Acids are essential for our daily comfort, but when it comes to scrapbooking, there’s really nothing worse. If you look at old scrapbooks or photo albums that your grandmother or even your mother made, you’ll notice a distinct “aged” look to the photos. Most of that damage is not caused by time, it’s caused by acids.
The best place to buy acid-free products is at a scrapbook store or scrapbook supply website, but that doesn’t mean everything you find there is acid free. You need to learn to read labels. There are certain label codes that mean a product is safe. If the packaging is unclear, you can always ask the sales clerk or research the product online.
If you’re unsure of a the acid level of paper, or just want to double check, you can test products on your own with a Ph pen. They’re available at your local scrapbook store. They are also great if you’re using products that aren’t prepackaged for scrapbooking like greeting cards or wrapping paper. For just a small investment, you’ll be saving precious memories.
PH pens have chemicals in them that change color when you expose them to an acid. Just write on a small piece of the material you want to test. If it stays the same color, it’s safe. If the material changes color, don’t use it.
If papers are too dark to see the color change, just rub the paper onto a white sheet until some of the color comes off. Then, test the white sheet with your pH pen. The acid is usually in the ink, not the paper, so this should give you an accurate result.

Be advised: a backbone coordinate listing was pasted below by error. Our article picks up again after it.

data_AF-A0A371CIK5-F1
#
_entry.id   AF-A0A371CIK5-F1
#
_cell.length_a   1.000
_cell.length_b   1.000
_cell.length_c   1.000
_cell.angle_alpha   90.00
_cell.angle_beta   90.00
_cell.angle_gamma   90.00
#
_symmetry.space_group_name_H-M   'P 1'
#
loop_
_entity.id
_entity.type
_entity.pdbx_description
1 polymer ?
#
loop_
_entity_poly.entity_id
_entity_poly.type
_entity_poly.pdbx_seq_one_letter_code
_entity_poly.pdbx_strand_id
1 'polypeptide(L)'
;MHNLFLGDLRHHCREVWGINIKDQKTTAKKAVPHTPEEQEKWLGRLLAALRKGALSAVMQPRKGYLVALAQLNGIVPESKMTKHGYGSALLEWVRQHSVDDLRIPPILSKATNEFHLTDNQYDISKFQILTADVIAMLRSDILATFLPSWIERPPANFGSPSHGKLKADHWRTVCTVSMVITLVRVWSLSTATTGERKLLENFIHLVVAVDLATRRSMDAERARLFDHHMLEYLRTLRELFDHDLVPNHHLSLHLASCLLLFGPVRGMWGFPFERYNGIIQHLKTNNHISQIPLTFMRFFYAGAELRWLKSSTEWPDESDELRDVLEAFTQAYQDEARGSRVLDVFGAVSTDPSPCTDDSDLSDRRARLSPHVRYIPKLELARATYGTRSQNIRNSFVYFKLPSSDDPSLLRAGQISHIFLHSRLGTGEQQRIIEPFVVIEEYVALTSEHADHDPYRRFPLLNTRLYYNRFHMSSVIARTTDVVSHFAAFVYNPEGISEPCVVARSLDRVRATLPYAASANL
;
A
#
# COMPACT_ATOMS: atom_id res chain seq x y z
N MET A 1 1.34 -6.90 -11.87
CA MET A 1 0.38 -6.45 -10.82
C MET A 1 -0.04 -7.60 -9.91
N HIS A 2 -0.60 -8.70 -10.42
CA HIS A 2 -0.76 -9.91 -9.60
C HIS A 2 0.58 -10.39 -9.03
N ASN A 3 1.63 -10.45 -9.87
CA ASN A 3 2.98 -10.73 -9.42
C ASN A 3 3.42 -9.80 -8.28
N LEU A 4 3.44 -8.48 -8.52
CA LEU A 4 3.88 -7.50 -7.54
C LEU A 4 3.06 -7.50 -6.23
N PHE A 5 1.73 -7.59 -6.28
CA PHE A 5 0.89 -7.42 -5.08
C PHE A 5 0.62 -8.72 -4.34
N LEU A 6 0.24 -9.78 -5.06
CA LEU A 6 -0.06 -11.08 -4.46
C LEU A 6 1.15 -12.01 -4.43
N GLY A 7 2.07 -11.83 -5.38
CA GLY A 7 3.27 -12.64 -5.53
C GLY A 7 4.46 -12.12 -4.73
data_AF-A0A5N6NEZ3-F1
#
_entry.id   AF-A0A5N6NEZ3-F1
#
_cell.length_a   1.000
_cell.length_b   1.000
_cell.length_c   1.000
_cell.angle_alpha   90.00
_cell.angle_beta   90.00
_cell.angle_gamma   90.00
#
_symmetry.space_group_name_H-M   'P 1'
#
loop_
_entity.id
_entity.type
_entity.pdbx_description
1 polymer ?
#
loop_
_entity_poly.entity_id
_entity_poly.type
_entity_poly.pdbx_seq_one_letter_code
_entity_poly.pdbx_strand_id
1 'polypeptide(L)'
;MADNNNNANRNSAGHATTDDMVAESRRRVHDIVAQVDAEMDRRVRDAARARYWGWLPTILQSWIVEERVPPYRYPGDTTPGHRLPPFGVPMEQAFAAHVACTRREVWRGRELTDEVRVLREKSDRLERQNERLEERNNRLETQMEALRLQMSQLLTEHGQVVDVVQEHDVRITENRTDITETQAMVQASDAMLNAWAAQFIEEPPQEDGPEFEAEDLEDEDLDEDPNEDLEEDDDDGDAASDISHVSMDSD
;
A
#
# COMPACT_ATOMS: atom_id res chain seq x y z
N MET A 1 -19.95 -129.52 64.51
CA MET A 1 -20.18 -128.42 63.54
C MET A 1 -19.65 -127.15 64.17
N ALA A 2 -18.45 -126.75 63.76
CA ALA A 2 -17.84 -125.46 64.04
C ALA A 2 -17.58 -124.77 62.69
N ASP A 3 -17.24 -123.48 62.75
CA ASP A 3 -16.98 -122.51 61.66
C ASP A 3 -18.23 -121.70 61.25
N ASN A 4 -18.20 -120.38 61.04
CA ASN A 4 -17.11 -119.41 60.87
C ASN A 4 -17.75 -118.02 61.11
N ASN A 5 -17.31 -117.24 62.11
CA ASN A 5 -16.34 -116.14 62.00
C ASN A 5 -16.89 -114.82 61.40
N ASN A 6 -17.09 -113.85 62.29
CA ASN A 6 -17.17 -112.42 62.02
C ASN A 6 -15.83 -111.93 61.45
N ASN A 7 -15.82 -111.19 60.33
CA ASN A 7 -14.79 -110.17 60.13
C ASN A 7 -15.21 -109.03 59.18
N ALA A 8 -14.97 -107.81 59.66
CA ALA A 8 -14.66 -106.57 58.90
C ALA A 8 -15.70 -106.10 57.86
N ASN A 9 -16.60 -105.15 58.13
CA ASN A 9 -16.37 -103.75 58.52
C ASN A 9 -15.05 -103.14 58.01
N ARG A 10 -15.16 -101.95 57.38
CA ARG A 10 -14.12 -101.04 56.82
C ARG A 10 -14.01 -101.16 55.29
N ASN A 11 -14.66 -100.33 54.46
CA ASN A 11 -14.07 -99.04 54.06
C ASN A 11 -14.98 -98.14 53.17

Everyone will tell you to use acid free paper, cardstock, and photo albums, but there are other hidden offenders that can do just as much damage to your memories if you don’t buy acid-free products.
Glue. Using a pH pen isn’t feasible for products like glue and other adhesives. You should learn the tell-tale signs that there’s acid present in the product. The first and easiest is, of course, by reading the package, but that’s not always helpful. A safe glue should not have a strong distinct smell and should always dry clear.
Page protectors. These are another big acid offender. While it may seem easier to just go buy regular protectors from the store, the very things you use to protect your photos may actually be destroying them.
Ink. Whether you’re keeping track of your photos by writing on the back or just journaling and adding details on the pages of your scrapbook, you need to use acid-free ink pens.
Storage boxes. Whether you’re using boxes to store pictures that haven’t been used yet, or to store completed books, you should make sure that the boxes are acid free. Acidic boxes can do just as much damage as putting pictures on acidic paper.
While it may take a little extra time and money to find and buy acid-free products, the long term results will make it worth the effort.